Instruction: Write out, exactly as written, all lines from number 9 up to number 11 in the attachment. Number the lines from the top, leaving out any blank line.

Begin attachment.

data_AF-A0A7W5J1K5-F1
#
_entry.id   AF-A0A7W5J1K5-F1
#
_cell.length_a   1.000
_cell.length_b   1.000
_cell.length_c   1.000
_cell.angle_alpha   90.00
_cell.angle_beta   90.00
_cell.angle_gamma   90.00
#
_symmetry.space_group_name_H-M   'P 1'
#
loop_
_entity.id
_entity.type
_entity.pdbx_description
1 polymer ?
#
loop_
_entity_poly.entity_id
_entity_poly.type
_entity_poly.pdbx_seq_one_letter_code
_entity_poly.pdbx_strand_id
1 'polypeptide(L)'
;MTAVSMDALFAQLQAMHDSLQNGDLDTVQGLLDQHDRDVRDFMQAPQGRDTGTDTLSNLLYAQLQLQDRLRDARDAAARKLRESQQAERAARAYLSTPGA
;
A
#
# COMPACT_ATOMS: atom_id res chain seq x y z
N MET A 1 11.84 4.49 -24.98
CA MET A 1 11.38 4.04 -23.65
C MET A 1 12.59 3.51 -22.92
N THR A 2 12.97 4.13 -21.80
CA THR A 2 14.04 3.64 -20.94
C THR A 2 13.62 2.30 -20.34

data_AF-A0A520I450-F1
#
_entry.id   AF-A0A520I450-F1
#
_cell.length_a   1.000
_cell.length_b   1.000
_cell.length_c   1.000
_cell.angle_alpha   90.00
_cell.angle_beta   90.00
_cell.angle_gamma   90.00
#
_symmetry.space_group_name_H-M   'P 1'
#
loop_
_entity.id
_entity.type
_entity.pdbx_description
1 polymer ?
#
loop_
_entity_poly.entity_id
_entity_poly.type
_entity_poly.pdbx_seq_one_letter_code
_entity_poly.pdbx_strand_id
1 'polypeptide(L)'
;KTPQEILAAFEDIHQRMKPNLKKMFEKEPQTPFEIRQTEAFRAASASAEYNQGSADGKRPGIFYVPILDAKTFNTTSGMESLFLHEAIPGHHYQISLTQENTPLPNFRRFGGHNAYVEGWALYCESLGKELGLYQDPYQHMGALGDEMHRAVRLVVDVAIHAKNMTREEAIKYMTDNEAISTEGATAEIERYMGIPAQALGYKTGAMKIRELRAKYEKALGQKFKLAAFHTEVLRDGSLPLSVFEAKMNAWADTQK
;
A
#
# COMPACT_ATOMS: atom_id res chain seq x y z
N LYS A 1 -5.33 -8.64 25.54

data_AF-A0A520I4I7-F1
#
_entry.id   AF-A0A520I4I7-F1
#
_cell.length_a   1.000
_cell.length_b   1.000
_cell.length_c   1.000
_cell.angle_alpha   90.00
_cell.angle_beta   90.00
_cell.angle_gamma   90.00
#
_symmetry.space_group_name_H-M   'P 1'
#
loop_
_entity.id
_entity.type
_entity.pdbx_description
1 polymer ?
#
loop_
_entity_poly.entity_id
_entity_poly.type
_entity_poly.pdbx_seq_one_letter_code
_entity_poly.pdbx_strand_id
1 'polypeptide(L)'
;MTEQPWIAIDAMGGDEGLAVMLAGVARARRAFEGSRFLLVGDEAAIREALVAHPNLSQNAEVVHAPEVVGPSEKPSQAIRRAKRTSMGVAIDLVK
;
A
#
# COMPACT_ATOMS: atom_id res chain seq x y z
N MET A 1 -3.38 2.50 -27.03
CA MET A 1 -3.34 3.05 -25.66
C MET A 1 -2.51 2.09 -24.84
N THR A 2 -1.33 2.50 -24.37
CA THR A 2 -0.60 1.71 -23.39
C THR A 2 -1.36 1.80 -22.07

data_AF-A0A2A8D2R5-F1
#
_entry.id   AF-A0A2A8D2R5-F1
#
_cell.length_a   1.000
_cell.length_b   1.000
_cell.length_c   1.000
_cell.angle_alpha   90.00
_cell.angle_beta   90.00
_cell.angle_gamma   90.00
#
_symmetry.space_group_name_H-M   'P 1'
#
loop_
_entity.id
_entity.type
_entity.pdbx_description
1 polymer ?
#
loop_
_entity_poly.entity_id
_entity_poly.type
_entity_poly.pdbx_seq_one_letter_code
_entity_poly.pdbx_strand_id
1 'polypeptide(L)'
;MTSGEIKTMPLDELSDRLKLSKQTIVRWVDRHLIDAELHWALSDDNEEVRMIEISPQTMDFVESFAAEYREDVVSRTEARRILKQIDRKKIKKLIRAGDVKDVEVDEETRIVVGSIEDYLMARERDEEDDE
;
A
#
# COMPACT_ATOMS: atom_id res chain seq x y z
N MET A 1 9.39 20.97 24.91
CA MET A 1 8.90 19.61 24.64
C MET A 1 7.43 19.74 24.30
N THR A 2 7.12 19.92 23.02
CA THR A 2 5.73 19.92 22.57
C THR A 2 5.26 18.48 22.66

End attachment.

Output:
_cell.angle_beta   90.00
_cell.angle_gamma   90.00
#